20 Apr 2016
By Christmas Day 1914, five months into WW1 the opposing armies were entrenched in a bloody stalemate along the Western Front, stretching from the North Sea to the Swiss Frontier. Early in December Pope Benedict XV petitioned the governments for an official Christmas truce - "that the guns may fall silent at least upon the night the angels sang" - his plea fell upon deaf ears.
However, Christmas Day that year; at several points along the Western Front, soldiers from both sides downed their weapons and crept out of their trenches onto No Man's Land to recover the dead and wounded before uniting together in singing carols and exchanging small gifts. There was to be no such respite for the Royal Navy, who on that day were to carry out the world's first carrier airstrike, The Cuxhaven Raid, our April meeting topic by SMHS member Dave Dimer.
With Bleriot's crossing of The Channel in 1909 and the rapid development of aircraft that followed, it was said that "Britain is no longer an island". By the outbreak of WW1 in 1914, Zeppelins were being used by the Germans for reconnaissance, and aerial bombing raids on England were a real prospect. The Cuxhaven Raid had two aims, firstly the reconnaissance of German military targets in the Heligoland Bight area and secondly the bombing of the Zeppelin sheds at the Nordholz base near Cuxhaven, thought to be the HQ of German airship operations.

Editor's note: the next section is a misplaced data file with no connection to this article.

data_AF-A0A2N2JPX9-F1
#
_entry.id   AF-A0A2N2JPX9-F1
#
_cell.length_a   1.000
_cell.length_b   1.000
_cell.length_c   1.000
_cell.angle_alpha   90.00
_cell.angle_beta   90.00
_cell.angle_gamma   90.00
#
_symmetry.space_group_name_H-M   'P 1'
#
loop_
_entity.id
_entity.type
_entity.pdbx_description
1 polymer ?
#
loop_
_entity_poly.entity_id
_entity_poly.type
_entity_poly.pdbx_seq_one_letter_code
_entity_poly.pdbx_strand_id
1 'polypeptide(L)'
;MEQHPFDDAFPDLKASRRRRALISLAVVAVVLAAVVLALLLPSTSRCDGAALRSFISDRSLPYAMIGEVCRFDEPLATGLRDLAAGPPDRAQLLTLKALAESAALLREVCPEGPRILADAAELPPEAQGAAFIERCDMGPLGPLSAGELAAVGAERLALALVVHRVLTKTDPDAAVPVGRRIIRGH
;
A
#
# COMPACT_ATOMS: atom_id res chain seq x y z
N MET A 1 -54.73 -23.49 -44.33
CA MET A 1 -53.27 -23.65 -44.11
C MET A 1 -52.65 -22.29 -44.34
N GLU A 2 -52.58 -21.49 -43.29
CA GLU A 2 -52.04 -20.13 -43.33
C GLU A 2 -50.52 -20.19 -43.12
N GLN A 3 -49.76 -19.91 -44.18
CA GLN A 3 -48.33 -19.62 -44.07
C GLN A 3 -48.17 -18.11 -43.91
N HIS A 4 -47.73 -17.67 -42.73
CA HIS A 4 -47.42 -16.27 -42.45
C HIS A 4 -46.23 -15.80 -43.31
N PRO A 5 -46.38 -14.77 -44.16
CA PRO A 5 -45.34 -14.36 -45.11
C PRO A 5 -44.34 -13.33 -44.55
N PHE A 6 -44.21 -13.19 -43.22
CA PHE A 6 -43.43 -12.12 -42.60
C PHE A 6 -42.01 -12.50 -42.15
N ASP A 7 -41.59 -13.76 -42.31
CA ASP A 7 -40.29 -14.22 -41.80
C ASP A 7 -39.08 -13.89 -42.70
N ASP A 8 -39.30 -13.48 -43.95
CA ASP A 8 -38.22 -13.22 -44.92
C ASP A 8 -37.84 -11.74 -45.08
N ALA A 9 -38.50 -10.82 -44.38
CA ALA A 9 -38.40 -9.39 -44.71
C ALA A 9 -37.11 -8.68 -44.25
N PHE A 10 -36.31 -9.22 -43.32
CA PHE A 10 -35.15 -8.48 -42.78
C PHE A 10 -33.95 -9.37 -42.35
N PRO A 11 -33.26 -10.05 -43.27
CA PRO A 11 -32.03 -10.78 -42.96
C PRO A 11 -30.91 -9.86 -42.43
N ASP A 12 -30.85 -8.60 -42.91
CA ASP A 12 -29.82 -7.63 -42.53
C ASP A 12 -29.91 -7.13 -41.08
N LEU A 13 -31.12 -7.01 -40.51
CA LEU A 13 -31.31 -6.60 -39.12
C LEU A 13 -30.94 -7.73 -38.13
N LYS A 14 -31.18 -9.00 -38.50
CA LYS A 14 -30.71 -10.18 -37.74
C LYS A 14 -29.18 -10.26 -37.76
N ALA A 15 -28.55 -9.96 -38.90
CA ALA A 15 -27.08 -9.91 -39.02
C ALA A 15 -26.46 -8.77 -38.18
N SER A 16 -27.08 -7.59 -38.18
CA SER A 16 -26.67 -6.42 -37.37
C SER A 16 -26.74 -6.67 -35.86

Nine Short Bros Folder aircraft were carried on three seaplane tenders with an escort of the British Surface Fleet (Harwich Force) and submarines. The aircraft would be fuelled for a 3-hour flight and carry three bombs each. On the day of the attack the target area was engulfed by fog. Seven of the nine aircraft proved serviceable and whilst the fog obscured the targets it also confused the German defenders. The pilots all returned safely. Ten bombs had been dropped, though the Zeppelin sheds survived unscathed. Three aircraft returned to their carriers, a further three pilots put down near British submarine E11. The pilots were recovered and the seaplanes scuttled. The final aircraft developed engine trouble and ditched, the pilot being picked up by a passing Dutch trawler. Dave provided detail on all the individual pilots, including some of the pioneers of naval aviation.
Results in terms of damage to the Germans were mixed but the raid illustrated how the use of seaplane carriers enabled attacks beyond the normal reach of aircraft. The German High Seas Fleet was now under threat of airstrike when in harbour. The first attack involving craft above, in and under the water had proved that the Royal Naval Air Service, although still in its infancy, would play a pivotal role in WW1 and pointed the way to major carrier strikes on enemy fleet bases in WW2; such as the British attack on the Italian Fleet at Taranto in 1940 and the Japanese assault on Pearl Harbor the following year.
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